Salmon on beds?

Discussion in 'General Discussion' started by sgc, Oct 17, 2020.

  1. sgc

    sgc

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    I saw some salmon (kings) on beds 10/16. They're a few miles upstream from the river mouth. They seemed fairly active still protecting their beds, but they were changed in color and were fairly dark and spotted. So I'm trying to figure when they would have been at the river mouth starting upstream. ? I havent had any luck at this rivermouth in the last few years and am wondering if I'm missing the run. Around 9/15 was previously my go to weekend.
     
  2. Bucket-Back

    Bucket-Back

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    Dark fish are in Newaygo.
     

  3. sgc

    sgc

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    So, how long would you estimate they've been there? When were they at the river mouth?
     
  4. Bucket-Back

    Bucket-Back

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    river mouth is 45 miles away as the crow flies. Been seeing beds for a couple weeks....
     
  5. Stand By

    Stand By

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    Some will be dark when they come into the river. When they get the white spotty, blotchy areas, that's a fungus because their defenses shutting down from not eating. Doesn't hurt the meat, though you might save those for the smoker. To me, any in the river, even light ones, are stronger tasting than summer fish, but grilling helps a lot. Grilling allows the fat to drain out and with it, a lot of the strong flavor. Baking holds it in. All are still good in a smoker.
     
  6. The Mediocre Fisherman

    The Mediocre Fisherman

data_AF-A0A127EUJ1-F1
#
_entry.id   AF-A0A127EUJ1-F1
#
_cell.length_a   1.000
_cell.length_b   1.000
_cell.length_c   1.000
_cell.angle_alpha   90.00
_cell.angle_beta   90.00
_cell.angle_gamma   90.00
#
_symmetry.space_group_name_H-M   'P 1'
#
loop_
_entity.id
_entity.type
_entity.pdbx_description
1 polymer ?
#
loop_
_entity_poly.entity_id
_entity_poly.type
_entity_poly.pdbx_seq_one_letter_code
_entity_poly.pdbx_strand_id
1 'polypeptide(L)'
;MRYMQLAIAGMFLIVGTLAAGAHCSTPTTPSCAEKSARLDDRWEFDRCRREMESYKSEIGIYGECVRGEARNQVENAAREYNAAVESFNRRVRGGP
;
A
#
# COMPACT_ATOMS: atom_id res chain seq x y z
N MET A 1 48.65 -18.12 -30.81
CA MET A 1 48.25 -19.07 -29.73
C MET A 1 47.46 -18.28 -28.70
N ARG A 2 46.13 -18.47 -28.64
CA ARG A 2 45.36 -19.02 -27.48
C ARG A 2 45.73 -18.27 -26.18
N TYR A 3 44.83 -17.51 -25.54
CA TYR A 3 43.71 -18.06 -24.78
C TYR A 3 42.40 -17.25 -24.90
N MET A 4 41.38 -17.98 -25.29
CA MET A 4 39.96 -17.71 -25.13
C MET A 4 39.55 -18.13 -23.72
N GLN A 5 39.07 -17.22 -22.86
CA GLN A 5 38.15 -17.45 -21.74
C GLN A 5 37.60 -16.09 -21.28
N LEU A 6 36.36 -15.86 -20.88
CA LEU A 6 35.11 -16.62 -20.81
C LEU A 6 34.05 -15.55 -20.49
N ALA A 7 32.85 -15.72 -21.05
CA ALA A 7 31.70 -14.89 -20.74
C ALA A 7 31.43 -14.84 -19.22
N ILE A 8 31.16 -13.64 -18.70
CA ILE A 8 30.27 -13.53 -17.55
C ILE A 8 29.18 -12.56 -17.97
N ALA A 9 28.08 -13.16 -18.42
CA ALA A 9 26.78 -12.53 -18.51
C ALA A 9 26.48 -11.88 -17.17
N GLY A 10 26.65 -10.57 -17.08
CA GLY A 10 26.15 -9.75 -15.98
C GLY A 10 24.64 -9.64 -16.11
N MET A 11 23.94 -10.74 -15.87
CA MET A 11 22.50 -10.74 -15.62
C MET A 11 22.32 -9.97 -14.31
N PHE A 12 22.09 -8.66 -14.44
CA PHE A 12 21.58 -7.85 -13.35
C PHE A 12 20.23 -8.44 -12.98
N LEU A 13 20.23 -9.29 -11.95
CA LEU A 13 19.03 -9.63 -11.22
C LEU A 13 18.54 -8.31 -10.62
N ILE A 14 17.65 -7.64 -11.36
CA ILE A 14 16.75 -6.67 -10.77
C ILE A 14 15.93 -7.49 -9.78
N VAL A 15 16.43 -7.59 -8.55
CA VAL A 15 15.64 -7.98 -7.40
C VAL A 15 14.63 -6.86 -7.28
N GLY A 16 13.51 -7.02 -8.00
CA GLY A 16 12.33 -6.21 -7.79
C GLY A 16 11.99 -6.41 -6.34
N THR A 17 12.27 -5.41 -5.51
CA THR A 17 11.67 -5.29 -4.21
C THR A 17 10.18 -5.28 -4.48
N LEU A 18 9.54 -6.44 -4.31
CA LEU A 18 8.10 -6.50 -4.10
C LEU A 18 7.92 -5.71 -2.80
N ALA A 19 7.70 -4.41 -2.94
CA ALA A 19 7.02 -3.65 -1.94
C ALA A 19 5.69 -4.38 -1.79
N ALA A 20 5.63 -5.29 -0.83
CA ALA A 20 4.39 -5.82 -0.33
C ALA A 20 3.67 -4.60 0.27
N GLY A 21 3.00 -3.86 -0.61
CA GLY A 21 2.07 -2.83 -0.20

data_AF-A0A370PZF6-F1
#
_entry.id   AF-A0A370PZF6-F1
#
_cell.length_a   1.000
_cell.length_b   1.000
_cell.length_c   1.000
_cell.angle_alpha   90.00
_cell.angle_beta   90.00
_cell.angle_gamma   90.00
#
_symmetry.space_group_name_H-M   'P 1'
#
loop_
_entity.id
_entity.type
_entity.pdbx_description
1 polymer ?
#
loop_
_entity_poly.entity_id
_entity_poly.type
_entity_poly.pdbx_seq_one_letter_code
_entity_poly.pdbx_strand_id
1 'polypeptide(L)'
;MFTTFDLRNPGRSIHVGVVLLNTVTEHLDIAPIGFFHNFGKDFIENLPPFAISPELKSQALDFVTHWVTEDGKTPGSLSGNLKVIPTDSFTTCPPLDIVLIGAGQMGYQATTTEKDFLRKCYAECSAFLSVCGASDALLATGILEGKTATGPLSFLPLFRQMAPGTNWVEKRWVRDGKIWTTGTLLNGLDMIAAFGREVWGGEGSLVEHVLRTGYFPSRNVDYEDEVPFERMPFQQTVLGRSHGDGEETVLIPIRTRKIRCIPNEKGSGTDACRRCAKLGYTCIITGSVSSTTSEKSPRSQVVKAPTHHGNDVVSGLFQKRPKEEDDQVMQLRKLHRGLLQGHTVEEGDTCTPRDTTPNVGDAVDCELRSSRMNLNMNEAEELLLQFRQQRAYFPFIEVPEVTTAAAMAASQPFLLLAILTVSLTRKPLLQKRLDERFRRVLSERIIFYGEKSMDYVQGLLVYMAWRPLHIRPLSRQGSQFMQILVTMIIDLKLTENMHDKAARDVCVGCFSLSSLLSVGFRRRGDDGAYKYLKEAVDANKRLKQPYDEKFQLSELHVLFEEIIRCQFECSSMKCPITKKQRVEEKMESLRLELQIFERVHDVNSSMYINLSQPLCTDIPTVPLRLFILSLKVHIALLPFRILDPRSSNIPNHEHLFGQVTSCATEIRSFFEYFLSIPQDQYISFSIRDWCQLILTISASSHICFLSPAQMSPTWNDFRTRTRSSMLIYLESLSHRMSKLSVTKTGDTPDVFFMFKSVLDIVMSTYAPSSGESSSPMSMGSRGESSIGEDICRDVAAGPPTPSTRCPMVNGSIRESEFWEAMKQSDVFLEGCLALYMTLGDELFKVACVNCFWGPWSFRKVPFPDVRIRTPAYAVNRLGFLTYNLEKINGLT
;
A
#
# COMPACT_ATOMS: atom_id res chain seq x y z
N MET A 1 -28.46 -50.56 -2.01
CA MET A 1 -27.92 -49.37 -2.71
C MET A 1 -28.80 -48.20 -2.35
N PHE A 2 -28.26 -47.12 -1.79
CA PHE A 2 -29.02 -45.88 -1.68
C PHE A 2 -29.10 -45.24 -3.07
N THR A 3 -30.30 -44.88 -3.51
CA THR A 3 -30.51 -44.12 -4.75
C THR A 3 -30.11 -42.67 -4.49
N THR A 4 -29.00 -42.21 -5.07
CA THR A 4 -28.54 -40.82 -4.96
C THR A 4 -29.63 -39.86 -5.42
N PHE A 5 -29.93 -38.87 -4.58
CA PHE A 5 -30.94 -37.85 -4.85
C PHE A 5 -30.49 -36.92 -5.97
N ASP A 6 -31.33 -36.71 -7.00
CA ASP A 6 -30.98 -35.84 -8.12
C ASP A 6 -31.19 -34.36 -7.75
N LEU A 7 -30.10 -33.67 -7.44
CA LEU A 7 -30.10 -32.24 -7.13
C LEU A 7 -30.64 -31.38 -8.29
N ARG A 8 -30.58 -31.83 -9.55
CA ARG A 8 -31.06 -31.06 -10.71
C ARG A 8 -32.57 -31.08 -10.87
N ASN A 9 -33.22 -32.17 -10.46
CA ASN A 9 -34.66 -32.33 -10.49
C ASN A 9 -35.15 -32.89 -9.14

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    Wondering if I experienced the norm, or the exception. I hear a lot of folks turn their nose up at river fish, and talk of mushiness. All of the coho I’ve brought home were either fresh off the pier, or barely colored up when in the river, plus I eat a ton of fresh supermarket Atlantic and go to a lot of sushi places. Grilled, oven baked, fried, smoked, cold smoked, sashimi, etc. so I’m well versed in the various flavors of “fresh” salmon. So I decided to try my first river king the other day and see the difference.

    This fish didn’t have the white fungus appearing yet, but was quite dark with scales getting knocked off here and there. The meat was white, not pink or orange. Already put off a bit by the color I went straight for smoking it, as the idea of just grilling it up plain with some lemon pepper (like I usually do) sounded disgusting. I had some smaller sample pieces I had prepped special for periodic testing throughout the day as it smoked up, and anything that was still moist was not very appetizing to me. So I just kept going with it till it started resembling jerky, and it did seem to get more palatable the further I went in that direction.

    In the end it wasn’t bad, but it wasn’t what I would call good either. Now mind you my mind was likely already biased towards the quality of the original source material, that kept me from fully enjoying it. Also, every day after starting to eat this stuff was plagued with constant monster farts and other bathroom related issues... soooo.

    I pretty much swore to myself I wasn’t going to keep a fish in that condition ever again. But mine was no where near as rough looking as the others I saw people hauling out that day. If this was the exception, and not the norm, maybe I should give it another go? Was a hell of a wasted day processing and cooking that fish up if the results are always going to be subpar compared to, well, everything else.
     
  7. Stand By

    Stand By